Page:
This year he had come with a mission, and it was a mission that would clash with Garrot’s and eventually become a battle of the titans. After taking the Stockton KOM, Garrot fell victim to superior road knowledge, and Taco Wagon took the Fillmore sprunt. We had an interlude where Bull took fifteen minutes to change a tire and spiced it up by also yanking out a rear brake pad. In exasperation, DJ flatted too in order to show Bull how to properly change a flat. But no one, including Junkyard, knew how to use Junkyard’s new CO2 inflator, and twelve cartridges later we’d used up all of our air and DJ had used up every epithet he knew and had to start back over with the various combinations beginning with “f.”

The race to Ojai

Bull, Iron Maiden, King Harold, Junkyard, Pilot (who had already lost an engine and was scanning for the Hudson), and I were all immediately dropped on the climb heading towards Ojai. Radio reports confirmed that Taco Wagon took the Ojai sprunt, as Garrot didn’t know that the key to Ojai wasn’t a city limit sign but simply raising your hands when you got in front of everyone else. Now it was a blood feud.

As we droppees pedaled into Ojai, cold, tired, thirsty, hungry, and already beat to snot a mere forty-seven miles in, we were incredibly excited at the prospect of some more Barbie food, a toilet, and ten minutes of rest. Unfortunately DJ was on a schedule that had been delayed by his and Bull’s tire changing lessons, and we got zero rest and only seven or eight thousand calories of Hostess donuts to get us into Ventura, which was a billion miles away.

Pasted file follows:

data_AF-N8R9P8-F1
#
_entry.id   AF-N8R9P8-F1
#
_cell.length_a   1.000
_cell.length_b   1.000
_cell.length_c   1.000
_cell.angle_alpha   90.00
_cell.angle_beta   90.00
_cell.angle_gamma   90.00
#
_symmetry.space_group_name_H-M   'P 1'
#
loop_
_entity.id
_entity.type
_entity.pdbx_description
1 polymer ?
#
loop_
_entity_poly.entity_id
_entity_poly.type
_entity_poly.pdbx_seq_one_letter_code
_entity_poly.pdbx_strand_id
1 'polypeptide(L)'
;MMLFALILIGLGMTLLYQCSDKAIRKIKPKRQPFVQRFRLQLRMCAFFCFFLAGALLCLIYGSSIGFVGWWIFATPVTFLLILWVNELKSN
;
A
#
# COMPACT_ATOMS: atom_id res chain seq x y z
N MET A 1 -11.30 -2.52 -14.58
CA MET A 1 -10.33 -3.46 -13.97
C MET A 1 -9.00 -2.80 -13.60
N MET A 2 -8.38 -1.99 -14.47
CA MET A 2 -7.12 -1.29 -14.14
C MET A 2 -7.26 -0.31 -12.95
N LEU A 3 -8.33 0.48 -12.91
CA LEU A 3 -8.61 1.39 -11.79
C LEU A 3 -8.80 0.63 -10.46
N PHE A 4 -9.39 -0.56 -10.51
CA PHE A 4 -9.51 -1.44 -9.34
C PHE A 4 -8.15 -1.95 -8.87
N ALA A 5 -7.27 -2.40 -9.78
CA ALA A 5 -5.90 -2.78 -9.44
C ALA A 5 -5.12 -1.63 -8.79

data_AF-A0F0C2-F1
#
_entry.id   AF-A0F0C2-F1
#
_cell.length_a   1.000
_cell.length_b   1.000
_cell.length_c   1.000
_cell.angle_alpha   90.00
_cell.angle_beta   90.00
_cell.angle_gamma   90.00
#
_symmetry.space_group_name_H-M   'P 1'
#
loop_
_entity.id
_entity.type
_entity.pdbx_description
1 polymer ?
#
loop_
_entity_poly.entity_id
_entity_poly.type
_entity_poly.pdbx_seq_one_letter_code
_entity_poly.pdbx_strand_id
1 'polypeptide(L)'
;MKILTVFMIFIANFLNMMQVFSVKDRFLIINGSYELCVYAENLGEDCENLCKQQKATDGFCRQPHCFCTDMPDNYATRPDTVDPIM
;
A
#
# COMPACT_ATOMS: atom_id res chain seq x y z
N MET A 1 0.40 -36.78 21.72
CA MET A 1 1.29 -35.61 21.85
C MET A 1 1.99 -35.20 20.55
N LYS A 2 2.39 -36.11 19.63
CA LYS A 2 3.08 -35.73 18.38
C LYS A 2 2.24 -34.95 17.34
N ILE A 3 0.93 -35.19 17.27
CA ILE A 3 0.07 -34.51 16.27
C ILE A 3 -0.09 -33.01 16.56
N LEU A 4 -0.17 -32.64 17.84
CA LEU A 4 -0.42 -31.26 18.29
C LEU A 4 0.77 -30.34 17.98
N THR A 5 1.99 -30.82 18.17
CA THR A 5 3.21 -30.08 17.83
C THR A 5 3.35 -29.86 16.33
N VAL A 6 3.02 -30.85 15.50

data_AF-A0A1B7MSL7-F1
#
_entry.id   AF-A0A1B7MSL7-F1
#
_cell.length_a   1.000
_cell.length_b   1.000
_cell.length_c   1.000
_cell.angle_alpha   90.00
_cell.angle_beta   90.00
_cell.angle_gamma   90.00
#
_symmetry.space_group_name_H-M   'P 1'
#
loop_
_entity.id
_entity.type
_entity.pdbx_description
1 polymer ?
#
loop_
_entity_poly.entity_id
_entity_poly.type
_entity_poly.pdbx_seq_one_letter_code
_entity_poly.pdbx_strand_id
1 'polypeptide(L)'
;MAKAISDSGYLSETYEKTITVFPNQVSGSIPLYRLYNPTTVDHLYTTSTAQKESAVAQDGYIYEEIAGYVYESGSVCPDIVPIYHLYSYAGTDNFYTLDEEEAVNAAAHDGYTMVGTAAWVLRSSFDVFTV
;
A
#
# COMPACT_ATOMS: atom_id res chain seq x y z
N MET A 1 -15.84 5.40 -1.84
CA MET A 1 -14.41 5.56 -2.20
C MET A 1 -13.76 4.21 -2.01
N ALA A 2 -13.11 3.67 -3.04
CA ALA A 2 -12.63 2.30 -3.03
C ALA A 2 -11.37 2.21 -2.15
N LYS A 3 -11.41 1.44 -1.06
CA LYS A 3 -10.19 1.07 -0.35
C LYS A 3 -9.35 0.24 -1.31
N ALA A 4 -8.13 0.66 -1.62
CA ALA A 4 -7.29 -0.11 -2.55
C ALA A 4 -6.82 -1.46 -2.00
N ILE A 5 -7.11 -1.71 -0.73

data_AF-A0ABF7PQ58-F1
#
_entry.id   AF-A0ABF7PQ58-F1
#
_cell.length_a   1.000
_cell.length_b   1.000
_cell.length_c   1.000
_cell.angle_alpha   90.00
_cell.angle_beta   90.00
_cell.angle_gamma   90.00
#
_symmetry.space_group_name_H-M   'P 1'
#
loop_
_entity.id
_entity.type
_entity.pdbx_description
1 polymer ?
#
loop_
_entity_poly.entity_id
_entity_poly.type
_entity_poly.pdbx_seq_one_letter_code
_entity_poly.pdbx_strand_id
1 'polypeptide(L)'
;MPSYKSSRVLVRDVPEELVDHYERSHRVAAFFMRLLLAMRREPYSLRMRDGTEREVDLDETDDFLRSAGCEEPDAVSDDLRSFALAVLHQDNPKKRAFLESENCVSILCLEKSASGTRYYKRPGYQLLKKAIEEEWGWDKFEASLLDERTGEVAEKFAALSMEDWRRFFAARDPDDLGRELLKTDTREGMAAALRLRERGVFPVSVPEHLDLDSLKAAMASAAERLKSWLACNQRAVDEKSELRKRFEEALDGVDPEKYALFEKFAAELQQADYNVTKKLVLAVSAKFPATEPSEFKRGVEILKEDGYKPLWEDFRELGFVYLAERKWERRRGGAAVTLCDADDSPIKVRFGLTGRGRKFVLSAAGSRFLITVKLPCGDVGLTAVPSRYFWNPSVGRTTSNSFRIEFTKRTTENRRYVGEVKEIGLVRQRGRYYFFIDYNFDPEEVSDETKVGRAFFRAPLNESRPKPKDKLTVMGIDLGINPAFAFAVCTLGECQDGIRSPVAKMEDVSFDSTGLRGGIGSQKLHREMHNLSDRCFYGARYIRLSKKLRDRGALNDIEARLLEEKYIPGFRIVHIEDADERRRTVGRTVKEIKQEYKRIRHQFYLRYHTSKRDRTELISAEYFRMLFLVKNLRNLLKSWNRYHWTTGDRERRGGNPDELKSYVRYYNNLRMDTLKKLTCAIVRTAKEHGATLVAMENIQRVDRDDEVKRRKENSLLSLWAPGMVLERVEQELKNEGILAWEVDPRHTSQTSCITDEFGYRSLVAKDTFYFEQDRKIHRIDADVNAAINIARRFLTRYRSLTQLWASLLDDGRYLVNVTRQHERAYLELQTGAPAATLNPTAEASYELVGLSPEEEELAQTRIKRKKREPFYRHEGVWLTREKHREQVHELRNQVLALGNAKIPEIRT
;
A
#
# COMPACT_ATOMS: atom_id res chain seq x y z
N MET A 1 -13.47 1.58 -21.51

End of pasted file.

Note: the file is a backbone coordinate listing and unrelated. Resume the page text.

Mt. Casitas

Although I had been sandbagging like crazy helping the slower riders all the way to Ojai, my true goal for the day was to have a convincing climb over Casitas Pass. The problem with my goal was that in order to achieve it, I’d have to drop DJ, who I’d never dropped before, Garrot, who I’d never dropped before, and Young David, a 22-year-old who I’d suckered into coming but who was mostly flaying everyone alive. Plus, I’d have to keep Roadchamp in view, a virtual impossibility on the uphill but not out of the question on the descent, as he was famed for the descending skills of a one-legged turtle.

Garrot attacked early and dropped everyone, but had to contend with a bitter headwind, and more importantly with Aston-Martin, a quiet and friendly hairy-legged freddie whose palmares included several national titles as a collegiate rower. Roadchamp jumped and dropped everyone but me, as I had cagily held onto his jersey. Reaching Garrot, Roadchamp kicked again and I wished that I too had put on a brand new chain the night before.

Garrot saw me struggling and attacked, leaving me for dead. I paused and soon enough up came Taco Wagon, pounding like a madman with Aston-Martin in tow. We sat on his wheel, used him up like an old snotrag, and then Aston-Martin jumped. I easily went with Aston-Martin for three or two whole seconds before blowing disastrously. Taco Wagon scooped me up with Garrot in tow, Aston-Martin up the road, and Roadchamp a glimmering dot up in the Crab Nebulae.

Taco Wagon faltered and I engaged my bottom bracket motor, chasing up to Aston-Martin and, incredibly, dispensing with Garrot. A bunch of lies and extravagantly false memories ensued, and we comprised the final threesome over the last part of the climb.

However, we were soon overhauled on the descent, spanked for our temerity, and crushed in the sprunt for the Santa Barbara County Line.

Junkyard runs out of spare parts

After that, a bunch of stuff happened, most of it fast, or probably really slow, but we’d passed the halfway mark and I was done. Iron Maiden looked like Tin Maiden, or maybe Aluminum Foil Maiden. “How are you doing?” I asked, solicitously.